Last week, I walked into Johnston Hall, which is something I do at least four times a week. This particular time, however, I was greeted with a distinct smell. I don’t think I could describe this smell, but it immediately brought to mind a memory of my freshman year. Not the memory of a specific event, but instead the memory of the idea of my freshman year. Late nights scrambling for stories for the Tribune, sitting in room 303 before its makeover three years ago, hearing Dr. Byers wish us “lives in interesting times.”
We all have certain memories that we correlate with physical and sensory experiences. Whether it’s the smell of popcorn at the movies or peanuts and hot dogs at a baseball park, smells have the power to bring back experiences and feelings to us. Smell is the sense most often correlated with specific memories.
As I have been walking around campus lately, I have been noticing more and more memories triggered by smells. On the few warm days we have had, the fresh smell of spring takes me all the way back to my sophomore year of high school, when I spent a spring break bonding with my friends over our newfound vehicular independence. When it’s mixed with that distinct “Milwaukee” smell of yeast and Lake Michigan, I am reminded of my freshman year Greek Week – slipping on a rain-soaked Valley Fields on a Friday night to win the first game of football I ever played.
When I catch a whiff of someone’s grill, I’m reminded of fall breaks spent camping in Missouri. And it’s not just smells that trigger these sensory memories. On a warm day, when I stop at the Brew for a Cooler by the Lake or a Strawberry Sunrise, I remember days during finals week when my friends and I would drag blankets to Westowne Square or Central Mall and pretend to study, but really just end up napping in the sun. The first snow of the year carries with it a crisp, cold smell that makes me think of Christmas music, Chinese food and late-night “Gilmore Girls” marathons.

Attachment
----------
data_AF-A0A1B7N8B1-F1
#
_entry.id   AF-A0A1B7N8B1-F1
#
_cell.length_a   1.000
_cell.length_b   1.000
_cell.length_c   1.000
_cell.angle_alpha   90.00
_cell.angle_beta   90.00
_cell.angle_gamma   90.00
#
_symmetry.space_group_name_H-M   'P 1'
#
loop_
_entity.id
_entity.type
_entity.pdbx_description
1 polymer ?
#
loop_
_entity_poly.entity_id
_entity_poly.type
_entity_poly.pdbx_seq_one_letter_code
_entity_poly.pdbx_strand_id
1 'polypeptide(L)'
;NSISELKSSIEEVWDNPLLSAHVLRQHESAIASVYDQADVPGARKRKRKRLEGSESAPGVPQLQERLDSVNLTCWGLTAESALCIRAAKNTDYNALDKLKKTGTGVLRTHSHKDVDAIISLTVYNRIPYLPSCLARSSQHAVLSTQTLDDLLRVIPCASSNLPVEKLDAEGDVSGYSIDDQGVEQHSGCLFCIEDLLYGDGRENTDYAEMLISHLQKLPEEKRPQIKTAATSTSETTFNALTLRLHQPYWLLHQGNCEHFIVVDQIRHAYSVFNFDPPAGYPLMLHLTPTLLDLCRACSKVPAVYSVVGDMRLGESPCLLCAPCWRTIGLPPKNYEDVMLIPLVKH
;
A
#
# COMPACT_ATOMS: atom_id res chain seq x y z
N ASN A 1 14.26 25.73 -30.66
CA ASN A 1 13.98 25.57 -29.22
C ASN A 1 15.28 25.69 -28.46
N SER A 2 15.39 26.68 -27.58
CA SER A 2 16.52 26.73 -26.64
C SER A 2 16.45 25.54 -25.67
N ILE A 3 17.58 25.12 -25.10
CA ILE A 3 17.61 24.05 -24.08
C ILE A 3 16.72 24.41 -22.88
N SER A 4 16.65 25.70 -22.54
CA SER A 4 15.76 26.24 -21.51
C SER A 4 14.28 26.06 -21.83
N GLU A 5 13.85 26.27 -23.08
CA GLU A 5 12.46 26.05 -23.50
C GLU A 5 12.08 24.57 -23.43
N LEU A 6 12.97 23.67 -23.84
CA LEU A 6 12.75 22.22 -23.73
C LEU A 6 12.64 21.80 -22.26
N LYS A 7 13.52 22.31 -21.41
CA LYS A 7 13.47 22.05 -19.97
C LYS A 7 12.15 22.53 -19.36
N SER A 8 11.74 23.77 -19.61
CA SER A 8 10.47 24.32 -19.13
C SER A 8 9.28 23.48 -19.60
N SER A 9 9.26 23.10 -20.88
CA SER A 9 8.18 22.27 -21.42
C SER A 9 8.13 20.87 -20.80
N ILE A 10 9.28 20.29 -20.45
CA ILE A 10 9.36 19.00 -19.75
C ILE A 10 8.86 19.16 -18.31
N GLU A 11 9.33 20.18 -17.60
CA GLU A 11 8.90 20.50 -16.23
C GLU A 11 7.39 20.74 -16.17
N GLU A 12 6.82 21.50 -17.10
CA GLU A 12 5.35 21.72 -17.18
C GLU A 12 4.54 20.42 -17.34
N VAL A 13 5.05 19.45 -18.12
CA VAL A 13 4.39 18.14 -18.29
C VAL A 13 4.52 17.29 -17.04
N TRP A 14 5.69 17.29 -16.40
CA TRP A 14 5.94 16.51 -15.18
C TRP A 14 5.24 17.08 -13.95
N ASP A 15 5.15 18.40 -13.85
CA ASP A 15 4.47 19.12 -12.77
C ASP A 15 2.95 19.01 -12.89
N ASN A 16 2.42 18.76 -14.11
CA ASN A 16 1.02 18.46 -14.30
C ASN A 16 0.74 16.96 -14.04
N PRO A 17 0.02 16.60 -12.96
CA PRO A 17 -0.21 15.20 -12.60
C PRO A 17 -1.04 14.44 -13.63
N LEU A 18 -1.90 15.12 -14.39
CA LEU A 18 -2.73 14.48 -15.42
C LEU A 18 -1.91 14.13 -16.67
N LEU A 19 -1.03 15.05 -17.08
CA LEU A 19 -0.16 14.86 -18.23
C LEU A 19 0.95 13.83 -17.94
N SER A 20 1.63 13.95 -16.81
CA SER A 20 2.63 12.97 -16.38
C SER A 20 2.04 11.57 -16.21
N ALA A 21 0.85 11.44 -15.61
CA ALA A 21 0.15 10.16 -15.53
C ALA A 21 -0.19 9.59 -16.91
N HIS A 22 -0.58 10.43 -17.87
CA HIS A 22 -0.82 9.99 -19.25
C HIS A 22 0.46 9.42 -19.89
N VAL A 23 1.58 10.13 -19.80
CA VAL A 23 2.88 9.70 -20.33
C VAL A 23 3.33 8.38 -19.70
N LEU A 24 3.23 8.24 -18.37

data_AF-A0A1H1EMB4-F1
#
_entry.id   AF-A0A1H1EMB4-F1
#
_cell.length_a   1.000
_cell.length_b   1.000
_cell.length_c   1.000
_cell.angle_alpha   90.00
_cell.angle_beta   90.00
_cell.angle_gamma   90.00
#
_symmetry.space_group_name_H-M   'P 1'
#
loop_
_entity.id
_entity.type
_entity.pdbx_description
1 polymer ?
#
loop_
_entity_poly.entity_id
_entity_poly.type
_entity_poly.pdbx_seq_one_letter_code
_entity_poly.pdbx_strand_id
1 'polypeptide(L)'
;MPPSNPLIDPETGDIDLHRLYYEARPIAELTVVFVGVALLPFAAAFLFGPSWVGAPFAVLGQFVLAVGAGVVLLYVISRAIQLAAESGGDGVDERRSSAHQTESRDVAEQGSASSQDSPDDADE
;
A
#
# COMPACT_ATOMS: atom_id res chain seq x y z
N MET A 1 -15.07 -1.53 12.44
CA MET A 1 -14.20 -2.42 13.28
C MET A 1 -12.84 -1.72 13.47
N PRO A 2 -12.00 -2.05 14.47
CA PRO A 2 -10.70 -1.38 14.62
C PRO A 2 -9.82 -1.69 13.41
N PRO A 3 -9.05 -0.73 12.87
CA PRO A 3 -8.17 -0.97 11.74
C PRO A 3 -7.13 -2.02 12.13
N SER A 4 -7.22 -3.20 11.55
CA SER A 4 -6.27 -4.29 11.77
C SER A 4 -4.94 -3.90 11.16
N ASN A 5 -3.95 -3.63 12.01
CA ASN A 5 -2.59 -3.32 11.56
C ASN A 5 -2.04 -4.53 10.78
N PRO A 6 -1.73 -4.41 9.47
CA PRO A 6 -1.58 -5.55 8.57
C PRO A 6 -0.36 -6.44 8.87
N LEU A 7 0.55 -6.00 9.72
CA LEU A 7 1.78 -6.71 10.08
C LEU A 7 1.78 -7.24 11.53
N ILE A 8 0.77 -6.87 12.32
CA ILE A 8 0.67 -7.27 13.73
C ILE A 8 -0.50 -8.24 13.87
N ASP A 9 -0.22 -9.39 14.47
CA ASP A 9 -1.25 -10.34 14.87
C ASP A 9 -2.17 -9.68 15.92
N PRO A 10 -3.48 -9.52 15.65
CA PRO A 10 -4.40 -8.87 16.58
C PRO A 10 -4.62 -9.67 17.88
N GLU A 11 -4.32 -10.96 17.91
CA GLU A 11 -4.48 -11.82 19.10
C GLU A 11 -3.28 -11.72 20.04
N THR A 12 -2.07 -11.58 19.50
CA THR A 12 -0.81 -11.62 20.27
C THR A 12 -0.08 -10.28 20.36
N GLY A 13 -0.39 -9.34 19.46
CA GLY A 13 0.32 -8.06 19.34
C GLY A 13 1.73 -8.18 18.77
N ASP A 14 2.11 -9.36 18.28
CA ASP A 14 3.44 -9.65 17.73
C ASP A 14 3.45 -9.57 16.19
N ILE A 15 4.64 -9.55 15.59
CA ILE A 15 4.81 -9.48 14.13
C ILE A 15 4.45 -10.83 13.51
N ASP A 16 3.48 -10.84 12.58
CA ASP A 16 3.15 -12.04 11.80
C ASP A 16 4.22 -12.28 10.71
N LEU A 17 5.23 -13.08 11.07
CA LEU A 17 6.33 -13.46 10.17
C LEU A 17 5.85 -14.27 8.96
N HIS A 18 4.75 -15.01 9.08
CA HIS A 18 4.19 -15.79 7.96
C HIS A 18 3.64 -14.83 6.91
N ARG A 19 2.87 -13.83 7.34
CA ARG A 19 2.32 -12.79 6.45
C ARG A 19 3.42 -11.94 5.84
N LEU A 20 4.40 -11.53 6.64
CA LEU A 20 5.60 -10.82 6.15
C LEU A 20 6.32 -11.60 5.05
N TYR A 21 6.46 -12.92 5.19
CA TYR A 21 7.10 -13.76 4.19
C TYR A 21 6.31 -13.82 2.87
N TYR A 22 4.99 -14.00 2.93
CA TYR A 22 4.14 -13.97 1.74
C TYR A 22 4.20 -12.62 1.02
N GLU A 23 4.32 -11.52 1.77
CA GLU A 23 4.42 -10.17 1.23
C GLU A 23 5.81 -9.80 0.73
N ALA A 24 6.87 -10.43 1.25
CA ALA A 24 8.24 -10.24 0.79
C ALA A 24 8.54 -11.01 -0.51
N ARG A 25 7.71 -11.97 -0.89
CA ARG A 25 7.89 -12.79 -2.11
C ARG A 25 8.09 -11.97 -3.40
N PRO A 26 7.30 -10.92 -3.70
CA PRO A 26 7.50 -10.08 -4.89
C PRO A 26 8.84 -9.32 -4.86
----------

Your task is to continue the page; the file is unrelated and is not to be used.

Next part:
Just as life is not solely made up of positive experiences, not all my sensory memories are happy ones. Certain buildings on campus remind me of classes I despised or days I felt overwhelmingly homesick. Some smells bring mixed emotions. The musty air inside St. Joan of Arc Chapel reminds me of Tuesday night masses freshman year, evenings that brought a homesick girl much comfort and calm in an emotionally taxing time.
It’s not just Marquette that brings these memories. Visiting my sister’s grade school, where I was a student for nine straight years, reminds me of recesses and art classes, science fairs and field days. I even notice that the house I grew up in has a particular smell to it that stays on my clothes for a few days after I’ve been home for a break and reminds me of my family.
What’s funny about all these smells and memories is that I know I did not recognize them when I first experienced them, obviously because they were not memories then but first-time experiences.
As senior year draws to a close, my friends and fellow classmates have been reminiscing about the last four years. It is almost too difficult to sit back and conjure up random memories that occurred long ago. But when we taste or smell something, like fried mac and cheese at McCormick, or hear a song that we thought was ridiculously overplayed our freshman year, we experience those memories more vividly than we ever could just thinking about them.
Caroline Campbell is a senior in the College of Communication with a major in journalism and a minor in history. Email her email@example.com.